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  • Writer's pictureLisa Nicholas

The fear: why writing is a dangerous pursuit

Picture this: A leather topped antique desk, positioned in front of the window that looks out to the pretty garden, the sort Beatrix Potter probably had. You’re sat there, chewing on the end of a pencil, having lots of wonderful ideas for your eighth highly-anticipated novel, which will, like all the others before it, go on to win lots of important awards. Not that you care about such things, as you’re in it for the legacy.

This calm, happy image, is, of course a lie. And the apparently sedentary, quiet life of a writer is anything but.

Every single step along the way to becoming a published author is terrifying. It’s fun too, and a privilege, but that doesn’t dilute the sharp, constant anxiety bubbling within, threatening to spill over and give the game away, revealing your confident façade’s innate weaknesses.

Firstly, you have to write all the words down, and so you’ll worry they’re all rubbish and write them eighteen more times. Then you have to send it out to respected agents, who will reject you, further demonstrating that you are not good enough.

Repeat with publishers. Lots of times.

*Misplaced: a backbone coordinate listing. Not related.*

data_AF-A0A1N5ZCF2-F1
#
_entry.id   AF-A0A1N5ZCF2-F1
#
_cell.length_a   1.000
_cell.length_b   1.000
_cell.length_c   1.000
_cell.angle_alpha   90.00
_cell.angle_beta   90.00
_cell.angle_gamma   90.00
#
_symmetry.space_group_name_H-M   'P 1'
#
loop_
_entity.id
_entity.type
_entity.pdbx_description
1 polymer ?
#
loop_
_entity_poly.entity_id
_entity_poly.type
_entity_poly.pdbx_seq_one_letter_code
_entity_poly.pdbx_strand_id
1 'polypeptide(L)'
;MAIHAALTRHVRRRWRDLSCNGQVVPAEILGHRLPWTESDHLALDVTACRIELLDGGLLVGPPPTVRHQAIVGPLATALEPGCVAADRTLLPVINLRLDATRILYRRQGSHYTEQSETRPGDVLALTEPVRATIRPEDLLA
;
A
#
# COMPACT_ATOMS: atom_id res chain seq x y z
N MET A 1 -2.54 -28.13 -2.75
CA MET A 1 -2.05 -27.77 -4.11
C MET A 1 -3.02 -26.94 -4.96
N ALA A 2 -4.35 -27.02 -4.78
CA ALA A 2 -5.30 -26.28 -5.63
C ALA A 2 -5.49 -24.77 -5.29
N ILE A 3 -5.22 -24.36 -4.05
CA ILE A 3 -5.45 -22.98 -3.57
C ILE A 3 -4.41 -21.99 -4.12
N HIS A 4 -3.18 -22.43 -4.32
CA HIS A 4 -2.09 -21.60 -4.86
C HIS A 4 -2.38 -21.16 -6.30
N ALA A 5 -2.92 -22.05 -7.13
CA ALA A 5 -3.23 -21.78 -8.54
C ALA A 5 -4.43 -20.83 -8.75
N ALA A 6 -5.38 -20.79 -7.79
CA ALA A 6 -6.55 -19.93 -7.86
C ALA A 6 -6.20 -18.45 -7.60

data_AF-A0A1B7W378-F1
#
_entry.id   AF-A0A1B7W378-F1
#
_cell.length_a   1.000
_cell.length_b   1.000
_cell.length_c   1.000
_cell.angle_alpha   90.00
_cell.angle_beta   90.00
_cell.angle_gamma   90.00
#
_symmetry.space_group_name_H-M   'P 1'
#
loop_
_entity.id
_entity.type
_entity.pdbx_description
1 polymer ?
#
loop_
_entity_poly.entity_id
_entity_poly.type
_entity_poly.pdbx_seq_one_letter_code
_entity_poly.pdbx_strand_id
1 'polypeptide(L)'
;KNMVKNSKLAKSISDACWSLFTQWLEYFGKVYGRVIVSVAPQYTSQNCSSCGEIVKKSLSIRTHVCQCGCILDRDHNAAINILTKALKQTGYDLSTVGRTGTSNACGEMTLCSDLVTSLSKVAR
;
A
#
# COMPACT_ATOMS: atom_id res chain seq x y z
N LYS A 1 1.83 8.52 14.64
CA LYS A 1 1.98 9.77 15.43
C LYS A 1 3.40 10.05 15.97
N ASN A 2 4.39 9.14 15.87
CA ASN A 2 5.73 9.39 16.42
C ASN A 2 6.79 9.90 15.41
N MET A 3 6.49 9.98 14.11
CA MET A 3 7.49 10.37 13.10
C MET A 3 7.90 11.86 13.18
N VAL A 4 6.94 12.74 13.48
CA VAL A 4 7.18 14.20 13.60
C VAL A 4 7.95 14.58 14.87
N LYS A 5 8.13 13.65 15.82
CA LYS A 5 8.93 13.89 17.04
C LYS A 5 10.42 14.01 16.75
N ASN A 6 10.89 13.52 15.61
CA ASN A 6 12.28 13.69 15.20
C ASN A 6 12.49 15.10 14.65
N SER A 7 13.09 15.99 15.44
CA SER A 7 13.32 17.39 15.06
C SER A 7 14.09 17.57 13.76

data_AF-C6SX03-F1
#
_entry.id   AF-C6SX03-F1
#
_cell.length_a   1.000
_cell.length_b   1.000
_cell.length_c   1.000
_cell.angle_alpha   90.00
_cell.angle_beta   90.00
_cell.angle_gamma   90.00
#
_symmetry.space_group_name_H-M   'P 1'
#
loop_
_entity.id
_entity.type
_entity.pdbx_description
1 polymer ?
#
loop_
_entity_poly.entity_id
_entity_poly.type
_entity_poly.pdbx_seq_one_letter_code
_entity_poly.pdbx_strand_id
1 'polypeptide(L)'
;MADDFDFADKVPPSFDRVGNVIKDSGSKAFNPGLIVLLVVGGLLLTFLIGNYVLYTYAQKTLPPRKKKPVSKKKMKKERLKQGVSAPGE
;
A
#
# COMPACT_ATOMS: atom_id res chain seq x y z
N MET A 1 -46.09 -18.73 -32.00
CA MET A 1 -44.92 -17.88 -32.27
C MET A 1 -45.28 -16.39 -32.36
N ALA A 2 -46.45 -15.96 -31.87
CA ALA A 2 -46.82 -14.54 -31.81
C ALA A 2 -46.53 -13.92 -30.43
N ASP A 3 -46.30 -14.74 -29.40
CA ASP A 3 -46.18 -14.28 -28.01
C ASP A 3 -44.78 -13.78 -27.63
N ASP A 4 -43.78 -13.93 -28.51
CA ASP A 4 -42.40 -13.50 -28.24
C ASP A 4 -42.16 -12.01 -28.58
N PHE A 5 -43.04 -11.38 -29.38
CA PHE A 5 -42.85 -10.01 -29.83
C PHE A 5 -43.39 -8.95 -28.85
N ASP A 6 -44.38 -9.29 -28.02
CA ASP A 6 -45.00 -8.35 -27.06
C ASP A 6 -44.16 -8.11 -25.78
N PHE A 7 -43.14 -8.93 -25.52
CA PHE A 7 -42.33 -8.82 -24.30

Now you’re sure the book will never see the light of day. Do you keep trying, or bin it and write another, better book? You have to decide, but you’re woefully underqualified to assess your own work, and besides what do you know?

You continue with the quest to get it published, after all, it took ages to write those 87 thousand words, and you’ll be damned if you’re giving up now.

Ok, so someone decides it’s worth a punt, and you’re now being published. Cause for celebration and jubilation and a pat on the back for a job well done. You thought you were scared before, but here’s where the real menace creeps in.

More edits, a disagreement over the use of the Oxford comma. I insist, they say it isn’t house style, I insist some more, they capitulate. I then lie awake worrying that actually no-one uses the Oxford comma and the book shall make me a laughing stock.

It goes to print, and you keep checking you signed off the latest version. Is there a typo? You daren’t look, too late now.

The books arrive. Finally. It’s available on Amazon. You’re a proper bona fide author. Shit. Someone other than your mum and dad are going to read it. Real reviewers are expecting their copy. Maybe the book was rubbish after all, and it’s going to get such an awful panning you’ll have to go into hiding. Or, worse, tumbleweed. No-one even notices you wrote a book, and that’s three years of work, just gone. Bye.

That’s the stage of fear I am currently in, as I get ready to send out copies, plan my launch, and wait to see if anyone orders it.

Order it please. No, on second thoughts, don’t. No do. Don’t. Help.

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